Managing Product-Support Services

No less important than service industries are product-based industries that must provide a service bundle.95 Manufacturers of equipment—small appliances, office machines, tractors, mainframes, airplanes—all must provide product-support services, now a battleground for competitive advantage. Many product companies also have a stronger online presence than before and must ensure they offer adequate—if not superior—service online as well.

Chapter 13 described how products could be augmented with key service differentiators—ordering ease, deliv­ery, installation, customer training, customer consulting, maintenance, and repair. Some equipment companies, such as Caterpillar Tractor and John Deere, make a significant percentage of their profits from these services.96 In the global marketplace, companies that make a good product but provide poor local service support are seriously disadvantaged.

1. IDENTIFYING AND SATISFYING CUSTOMER NEEDS

Traditionally, customers have had three specific worries about product service:97

  • They worry about reliability and failure frequency. A farmer may tolerate a combine that will break down once a year, but not one that goes down two or three times a year.
  • They worry about The longer the downtime, the higher the cost. The customer counts on the seller’s service dependability—the ability to fix the machine quickly or at least provide a loaner.
  • They worry about out-of-pocket costs. How much does the customer have to spend on regular maintenance and repair costs?

A buyer takes all these factors into consideration and tries to estimate the life-cycle cost, which is the prod­uct’s purchase cost plus the discounted cost of maintenance and repair less the discounted salvage value. A one- computer office will need higher product reliability and faster repair service than an office where other computers are available if one breaks down. An airline needs 100 percent reliability in the air. Where reliability is important, manufacturers or service providers can offer guarantees to promote sales.

To provide the best support, a manufacturer must identify the services customers value most and their relative importance. For expensive equipment, manufacturers offer facilitating services such as installation, staff training, maintenance and repair services, and financing. They may also add value-augmenting services that extend beyond the functioning and performance of the product itself. Johnson Controls reached beyond its climate control equip­ment and components business to manage integrated facilities, offering products and services that optimize energy use and improve comfort and security.

A manufacturer can offer, and charge for, product-support services in different ways. One specialty organic- chemical company provides a standard offering plus a basic level of services. If the customer wants additional services, it can pay extra or increase its annual purchases to a higher level. Many companies offer service contracts (also called extended warranties), in which sellers agree to provide maintenance and repair services for a specified period of time at a specified contract price.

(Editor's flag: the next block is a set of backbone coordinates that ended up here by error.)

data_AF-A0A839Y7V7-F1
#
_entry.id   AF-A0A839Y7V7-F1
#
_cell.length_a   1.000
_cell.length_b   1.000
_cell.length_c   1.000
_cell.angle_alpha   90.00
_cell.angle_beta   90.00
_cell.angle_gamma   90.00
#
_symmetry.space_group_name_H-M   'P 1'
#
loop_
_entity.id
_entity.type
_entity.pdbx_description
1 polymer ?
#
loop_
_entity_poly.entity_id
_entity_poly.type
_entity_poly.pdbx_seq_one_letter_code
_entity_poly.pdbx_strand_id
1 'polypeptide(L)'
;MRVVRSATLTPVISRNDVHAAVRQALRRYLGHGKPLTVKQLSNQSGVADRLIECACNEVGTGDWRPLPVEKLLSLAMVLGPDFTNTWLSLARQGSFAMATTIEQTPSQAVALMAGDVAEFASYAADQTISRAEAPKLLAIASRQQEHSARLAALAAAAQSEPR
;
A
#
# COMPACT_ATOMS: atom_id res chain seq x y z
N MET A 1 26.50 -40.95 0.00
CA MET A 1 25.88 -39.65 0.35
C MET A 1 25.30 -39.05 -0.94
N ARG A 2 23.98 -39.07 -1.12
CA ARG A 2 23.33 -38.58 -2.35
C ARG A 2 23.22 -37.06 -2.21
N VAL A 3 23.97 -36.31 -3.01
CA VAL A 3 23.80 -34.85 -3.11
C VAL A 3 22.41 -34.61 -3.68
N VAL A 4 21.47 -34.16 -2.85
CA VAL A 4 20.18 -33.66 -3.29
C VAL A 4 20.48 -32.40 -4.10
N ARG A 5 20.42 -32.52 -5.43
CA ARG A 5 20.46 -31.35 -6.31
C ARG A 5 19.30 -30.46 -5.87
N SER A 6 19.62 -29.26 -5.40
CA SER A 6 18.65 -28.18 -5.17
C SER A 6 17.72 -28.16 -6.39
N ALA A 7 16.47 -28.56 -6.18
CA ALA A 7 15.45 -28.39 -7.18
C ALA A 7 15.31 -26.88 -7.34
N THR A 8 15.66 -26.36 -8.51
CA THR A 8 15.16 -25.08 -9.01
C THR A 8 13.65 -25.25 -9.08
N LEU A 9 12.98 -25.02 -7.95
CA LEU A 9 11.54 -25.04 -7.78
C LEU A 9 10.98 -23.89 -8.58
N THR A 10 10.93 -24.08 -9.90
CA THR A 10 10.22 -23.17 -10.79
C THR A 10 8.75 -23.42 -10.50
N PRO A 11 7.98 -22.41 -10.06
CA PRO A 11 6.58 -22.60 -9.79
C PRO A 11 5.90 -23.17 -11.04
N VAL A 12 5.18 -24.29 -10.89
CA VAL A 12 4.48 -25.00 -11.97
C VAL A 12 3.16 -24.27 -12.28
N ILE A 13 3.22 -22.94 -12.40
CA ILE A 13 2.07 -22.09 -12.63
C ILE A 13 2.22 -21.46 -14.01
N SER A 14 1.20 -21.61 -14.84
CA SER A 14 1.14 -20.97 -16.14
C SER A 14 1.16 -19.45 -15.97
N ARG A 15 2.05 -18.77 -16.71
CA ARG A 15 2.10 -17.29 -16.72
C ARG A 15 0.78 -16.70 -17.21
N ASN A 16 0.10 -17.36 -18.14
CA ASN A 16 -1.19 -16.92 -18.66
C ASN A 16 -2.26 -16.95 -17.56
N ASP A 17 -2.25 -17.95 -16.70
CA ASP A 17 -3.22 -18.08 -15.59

Product companies must understand their strategic intent and competitive advantage in developing ser­vices. Are service units supposed to support and protect existing product businesses or grow as an independent platform? Are the sources of competitive advantage based on economies of scale (size) or economies of skill (smarts)?98

2. POSTSALE SERVICE STRATEGY

The quality of customer service departments varies greatly. At one extreme are those that simply transfer cus­tomer calls to the appropriate person for action with little follow-up. At the other extreme are departments eager to receive customer requests, suggestions, and even complaints and handle them expeditiously. Some firms even proactively contact customers to provide service after the sale is complete.99

CUSTOMER-SERVICE EVOLUTION Manufacturers usually start by running their own parts-and-service departments. They want to stay close to the equipment and know its problems. They also find it expensive and time consuming to train others and discover they can make good money from parts and service if they are the only supplier and can charge a premium price. In fact, many equipment manufacturers price their equipment low and compensate by charging high prices for parts and service.

Over time, manufacturers switch more maintenance and repair service to authorized distributors and dealers. These intermediaries are closer to customers, operate in more locations, and can offer quicker service. Still later, independent service firms emerge and offer a lower price or faster service. A significant percentage of auto-service work is now done outside franchised automobile dealerships by independent garages and chains such as Midas Muffler and Sears. Independent service organizations handle mainframes, telecommunications equipment, and a variety of other equipment lines.

THE CUSTOMER-SERVICE IMPERATIVE Customer-service choices are increasing rapidly, however, and equipment manufacturers increasingly must figure out how to make money on their equipment, independent of service contracts. Some new-car warranties now cover 100,000 miles before customers have to pay for servicing. The increase in disposable or never-fail equipment makes customers less inclined to pay 2 percent to 10 percent of the purchase price every year for service. A company with several hundred laptops, printers, and related equipment might find it cheaper to have its own service people on-site.

Source: Kotler Philip T., Keller Kevin Lane (2015), Marketing Management, Pearson; 15th Edition.

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